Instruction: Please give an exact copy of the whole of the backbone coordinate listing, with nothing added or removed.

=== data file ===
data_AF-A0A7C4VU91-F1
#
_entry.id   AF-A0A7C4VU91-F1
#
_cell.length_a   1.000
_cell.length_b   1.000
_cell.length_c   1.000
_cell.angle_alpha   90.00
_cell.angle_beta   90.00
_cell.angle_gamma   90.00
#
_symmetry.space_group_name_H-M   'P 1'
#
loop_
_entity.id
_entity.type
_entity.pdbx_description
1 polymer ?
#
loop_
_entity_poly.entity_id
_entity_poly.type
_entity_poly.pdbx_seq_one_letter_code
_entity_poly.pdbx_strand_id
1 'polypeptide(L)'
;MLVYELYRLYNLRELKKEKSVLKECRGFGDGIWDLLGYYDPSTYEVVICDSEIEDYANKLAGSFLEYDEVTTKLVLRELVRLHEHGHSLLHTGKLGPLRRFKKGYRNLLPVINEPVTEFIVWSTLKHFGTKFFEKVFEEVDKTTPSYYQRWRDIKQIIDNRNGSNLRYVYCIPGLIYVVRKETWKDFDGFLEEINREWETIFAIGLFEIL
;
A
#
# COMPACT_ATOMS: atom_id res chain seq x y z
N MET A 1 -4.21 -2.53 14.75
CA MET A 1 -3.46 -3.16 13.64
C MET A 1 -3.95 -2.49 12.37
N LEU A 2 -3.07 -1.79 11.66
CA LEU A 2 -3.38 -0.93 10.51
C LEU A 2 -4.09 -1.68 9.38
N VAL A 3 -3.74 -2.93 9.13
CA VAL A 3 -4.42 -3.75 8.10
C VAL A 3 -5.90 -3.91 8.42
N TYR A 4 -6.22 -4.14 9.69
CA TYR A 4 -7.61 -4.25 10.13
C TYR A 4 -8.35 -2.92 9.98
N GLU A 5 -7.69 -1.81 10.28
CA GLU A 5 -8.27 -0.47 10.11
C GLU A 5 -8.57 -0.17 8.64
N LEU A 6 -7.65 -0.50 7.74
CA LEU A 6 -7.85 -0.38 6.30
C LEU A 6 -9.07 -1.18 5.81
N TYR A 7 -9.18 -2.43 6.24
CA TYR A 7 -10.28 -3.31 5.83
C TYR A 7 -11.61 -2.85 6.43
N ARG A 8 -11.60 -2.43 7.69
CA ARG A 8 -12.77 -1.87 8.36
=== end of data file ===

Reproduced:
data_AF-A0A7C4VU91-F1
#
_entry.id   AF-A0A7C4VU91-F1
#
_cell.length_a   1.000
_cell.length_b   1.000
_cell.length_c   1.000
_cell.angle_alpha   90.00
_cell.angle_beta   90.00
_cell.angle_gamma   90.00
#
_symmetry.space_group_name_H-M   'P 1'
#
loop_
_entity.id
_entity.type
_entity.pdbx_description
1 polymer ?
#
loop_
_entity_poly.entity_id
_entity_poly.type
_entity_poly.pdbx_seq_one_letter_code
_entity_poly.pdbx_strand_id
1 'polypeptide(L)'
;MLVYELYRLYNLRELKKEKSVLKECRGFGDGIWDLLGYYDPSTYEVVICDSEIEDYANKLAGSFLEYDEVTTKLVLRELVRLHEHGHSLLHTGKLGPLRRFKKGYRNLLPVINEPVTEFIVWSTLKHFGTKFFEKVFEEVDKTTPSYYQRWRDIKQIIDNRNGSNLRYVYCIPGLIYVVRKETWKDFDGFLEEINREWETIFAIGLFEIL
;
A
#
# COMPACT_ATOMS: atom_id res chain seq x y z
N MET A 1 -4.21 -2.53 14.75
CA MET A 1 -3.46 -3.16 13.64
C MET A 1 -3.95 -2.49 12.37
N LEU A 2 -3.07 -1.79 11.66
CA LEU A 2 -3.38 -0.93 10.51
C LEU A 2 -4.09 -1.68 9.38
N VAL A 3 -3.74 -2.93 9.13
CA VAL A 3 -4.42 -3.75 8.10
C VAL A 3 -5.90 -3.91 8.42
N TYR A 4 -6.22 -4.14 9.69
CA TYR A 4 -7.61 -4.25 10.13
C TYR A 4 -8.35 -2.92 9.98
N GLU A 5 -7.69 -1.81 10.28
CA GLU A 5 -8.27 -0.47 10.11
C GLU A 5 -8.57 -0.17 8.64
N LEU A 6 -7.65 -0.50 7.74
CA LEU A 6 -7.85 -0.38 6.30
C LEU A 6 -9.07 -1.18 5.81
N TYR A 7 -9.18 -2.43 6.24
CA TYR A 7 -10.28 -3.31 5.83
C TYR A 7 -11.61 -2.85 6.43
N ARG A 8 -11.60 -2.43 7.69
CA ARG A 8 -12.77 -1.87 8.36